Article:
- The Tanzania Government and International agencies involved in informing the new MLUM in NCA, such as UNESCO and IUCN, should desist from executing and supporting in any way the current new MLUM, the General Management Plan and related law review proposals that will inevitably result in serious human right violations
- The government should abandon its secret relocation plans part of the new MLUM in NCA that have caused sustained fear among the local community and will inevitably lead to the erosion of the community’s livelihood and cultural identity
- The government should transparently address the claim that the Ngorongoro Conservation Area Authority (NCAA) has recently provided salt licks for livestock contaminated by toxic substances that have already caused the death of Maasai livestock. In this regard, the government should then take appropriate legal measures against anyone responsible for this dead
- The government should be pursuant to the law that establishes the Ngorongoro Conservation Area Authority acting giving equal weight and importance to the three founding legal objectives: safeguard and develop the interests of the Maasai Pastoral Community, Conservation and Tourism.
- Given the historical records and the emerged misunderstanding between the Maasai community in one hand and the government/NCAA, UNESCO and IUCN on the other, there is a timely need to re-address claimed historical injustices against the community, including the large-scale dispossession of Maasai land, displacement of Maasai people and the eradication of their indigenous knowledge in the management of the area.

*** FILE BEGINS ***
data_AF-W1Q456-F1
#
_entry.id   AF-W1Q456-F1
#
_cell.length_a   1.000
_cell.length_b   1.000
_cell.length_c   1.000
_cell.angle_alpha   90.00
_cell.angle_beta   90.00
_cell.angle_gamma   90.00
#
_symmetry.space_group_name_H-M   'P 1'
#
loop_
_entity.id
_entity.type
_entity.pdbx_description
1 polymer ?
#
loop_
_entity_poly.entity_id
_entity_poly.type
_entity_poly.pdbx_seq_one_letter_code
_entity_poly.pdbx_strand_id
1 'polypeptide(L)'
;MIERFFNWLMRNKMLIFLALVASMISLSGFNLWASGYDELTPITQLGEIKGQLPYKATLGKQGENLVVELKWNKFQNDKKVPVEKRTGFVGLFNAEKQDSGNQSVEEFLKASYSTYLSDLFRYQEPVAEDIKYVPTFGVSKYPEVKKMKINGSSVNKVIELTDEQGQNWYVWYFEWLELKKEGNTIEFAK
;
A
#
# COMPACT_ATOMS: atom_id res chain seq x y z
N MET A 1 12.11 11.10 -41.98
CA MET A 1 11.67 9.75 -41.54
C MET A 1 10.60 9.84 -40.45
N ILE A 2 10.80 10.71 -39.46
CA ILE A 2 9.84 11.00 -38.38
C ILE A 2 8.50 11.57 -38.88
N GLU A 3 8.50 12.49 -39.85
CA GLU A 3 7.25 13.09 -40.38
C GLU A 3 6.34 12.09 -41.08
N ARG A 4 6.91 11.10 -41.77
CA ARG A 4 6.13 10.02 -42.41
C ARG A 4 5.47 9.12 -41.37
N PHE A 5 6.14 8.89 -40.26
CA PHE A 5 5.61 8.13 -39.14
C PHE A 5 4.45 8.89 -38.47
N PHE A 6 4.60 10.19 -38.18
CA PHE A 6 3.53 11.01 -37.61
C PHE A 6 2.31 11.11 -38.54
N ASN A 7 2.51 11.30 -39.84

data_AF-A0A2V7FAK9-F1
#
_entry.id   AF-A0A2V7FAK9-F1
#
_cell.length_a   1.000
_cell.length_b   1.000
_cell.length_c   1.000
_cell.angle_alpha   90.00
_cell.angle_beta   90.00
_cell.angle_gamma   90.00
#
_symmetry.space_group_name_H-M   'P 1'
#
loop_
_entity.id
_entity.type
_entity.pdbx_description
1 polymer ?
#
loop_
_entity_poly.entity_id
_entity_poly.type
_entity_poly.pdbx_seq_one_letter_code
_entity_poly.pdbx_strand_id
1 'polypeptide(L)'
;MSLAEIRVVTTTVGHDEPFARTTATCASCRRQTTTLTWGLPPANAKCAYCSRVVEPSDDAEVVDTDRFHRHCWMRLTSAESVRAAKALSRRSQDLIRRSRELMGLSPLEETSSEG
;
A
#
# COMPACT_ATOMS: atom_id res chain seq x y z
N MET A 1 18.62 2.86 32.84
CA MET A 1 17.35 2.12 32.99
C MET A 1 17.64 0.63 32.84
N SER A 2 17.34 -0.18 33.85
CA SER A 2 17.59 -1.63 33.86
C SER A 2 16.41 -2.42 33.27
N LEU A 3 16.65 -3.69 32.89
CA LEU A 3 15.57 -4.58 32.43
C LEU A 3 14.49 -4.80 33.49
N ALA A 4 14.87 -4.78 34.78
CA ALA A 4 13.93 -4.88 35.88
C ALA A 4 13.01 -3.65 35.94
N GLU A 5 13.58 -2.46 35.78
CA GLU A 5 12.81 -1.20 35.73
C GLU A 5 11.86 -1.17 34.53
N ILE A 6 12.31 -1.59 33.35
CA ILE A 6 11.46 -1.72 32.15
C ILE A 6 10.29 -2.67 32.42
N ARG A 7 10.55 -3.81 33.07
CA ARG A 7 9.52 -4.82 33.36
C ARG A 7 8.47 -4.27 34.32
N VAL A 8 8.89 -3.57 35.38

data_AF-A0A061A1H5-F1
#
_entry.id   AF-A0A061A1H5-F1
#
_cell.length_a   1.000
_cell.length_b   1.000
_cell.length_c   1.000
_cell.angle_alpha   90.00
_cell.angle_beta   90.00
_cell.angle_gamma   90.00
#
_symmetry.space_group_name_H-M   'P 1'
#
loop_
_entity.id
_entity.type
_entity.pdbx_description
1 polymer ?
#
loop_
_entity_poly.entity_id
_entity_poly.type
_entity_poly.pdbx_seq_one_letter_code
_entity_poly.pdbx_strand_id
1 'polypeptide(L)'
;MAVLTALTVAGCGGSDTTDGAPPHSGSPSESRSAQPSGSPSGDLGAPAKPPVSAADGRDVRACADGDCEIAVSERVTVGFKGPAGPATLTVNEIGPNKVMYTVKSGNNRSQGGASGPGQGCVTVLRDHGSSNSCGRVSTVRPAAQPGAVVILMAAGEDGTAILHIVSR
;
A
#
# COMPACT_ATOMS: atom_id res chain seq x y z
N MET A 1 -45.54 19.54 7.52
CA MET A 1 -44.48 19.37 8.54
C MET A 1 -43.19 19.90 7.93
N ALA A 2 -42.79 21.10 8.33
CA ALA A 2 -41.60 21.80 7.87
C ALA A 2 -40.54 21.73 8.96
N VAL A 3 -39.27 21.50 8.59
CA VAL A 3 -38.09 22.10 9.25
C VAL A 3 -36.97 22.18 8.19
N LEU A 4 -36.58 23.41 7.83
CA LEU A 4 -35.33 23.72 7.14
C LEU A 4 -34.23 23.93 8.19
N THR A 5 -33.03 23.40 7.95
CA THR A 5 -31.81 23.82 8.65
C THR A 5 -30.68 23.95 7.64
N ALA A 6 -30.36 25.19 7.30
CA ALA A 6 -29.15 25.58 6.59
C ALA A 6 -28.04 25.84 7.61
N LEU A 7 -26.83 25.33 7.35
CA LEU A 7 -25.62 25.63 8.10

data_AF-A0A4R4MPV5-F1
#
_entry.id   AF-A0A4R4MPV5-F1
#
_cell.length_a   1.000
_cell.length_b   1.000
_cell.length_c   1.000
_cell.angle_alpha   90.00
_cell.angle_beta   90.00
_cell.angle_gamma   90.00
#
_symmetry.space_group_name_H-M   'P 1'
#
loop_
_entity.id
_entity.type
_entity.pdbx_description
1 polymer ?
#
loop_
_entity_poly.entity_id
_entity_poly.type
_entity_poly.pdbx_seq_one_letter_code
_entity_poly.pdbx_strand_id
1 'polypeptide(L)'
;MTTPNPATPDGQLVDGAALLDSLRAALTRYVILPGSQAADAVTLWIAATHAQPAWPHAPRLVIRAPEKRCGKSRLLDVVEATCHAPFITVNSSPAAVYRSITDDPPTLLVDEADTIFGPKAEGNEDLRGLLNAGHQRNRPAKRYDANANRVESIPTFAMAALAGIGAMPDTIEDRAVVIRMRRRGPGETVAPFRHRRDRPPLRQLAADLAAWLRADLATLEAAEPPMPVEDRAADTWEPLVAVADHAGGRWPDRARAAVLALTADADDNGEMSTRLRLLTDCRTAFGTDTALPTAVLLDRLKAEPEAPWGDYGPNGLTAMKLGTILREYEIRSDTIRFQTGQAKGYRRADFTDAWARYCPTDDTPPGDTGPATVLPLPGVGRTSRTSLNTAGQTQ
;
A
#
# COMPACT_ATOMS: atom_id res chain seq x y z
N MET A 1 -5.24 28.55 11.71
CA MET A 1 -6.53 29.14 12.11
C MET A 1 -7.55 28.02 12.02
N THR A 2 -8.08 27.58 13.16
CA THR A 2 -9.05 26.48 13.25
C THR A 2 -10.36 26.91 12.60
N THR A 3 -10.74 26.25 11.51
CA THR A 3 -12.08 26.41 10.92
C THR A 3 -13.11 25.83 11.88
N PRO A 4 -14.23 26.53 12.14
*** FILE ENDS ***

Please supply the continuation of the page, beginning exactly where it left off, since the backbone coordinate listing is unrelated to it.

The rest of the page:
- The government to restore all suspended development projects including schools, heath services, water projects in NCA with no conditions.
- We demand for an Independent Commission of inquiries to address the current and historical human rights injustices in the NCA and the involvement and role of Tanzania Government, UNESCO and IUCN in those violations.
- For both the NCA and the Loliondo the government should promote an independent study about the social, economic and environmental impacts of the existing model of coexistence between the local ecosystem and local communities before any eviction. The study should come up with best long term strategies for both the government and local communities and be carried out by an independent team of environmental as well as human and land rights consultants.
A local traditional Maasai leader attending the protest said: “Imagine your home is burned in front of you to clear your land for foreigners to hunt. Imagine not being able to graze our cows as we have done for millennia- because of the restrictions imposed by the government to protect a foreign company that is only hunting the wildlife, with whom we have been together for time immemorial!”
A local Maasai activist and community representative said: “The government has broken all the promises, pretending to have received the consent and agreement of the local community , that were made when the Serengeti National Park was established. This is a direct violation of our living rights. For 30 years, since the conflict in Loliondo began we have suffered three major evictions – in 2009, 2013 and 2017, legitimized by the government’s conservation agenda, which have led to great violence, abuses, harassment towards the communities and long-term economic and cultural loss. If this land is grabbed, over 50,000 people will be left without a home.”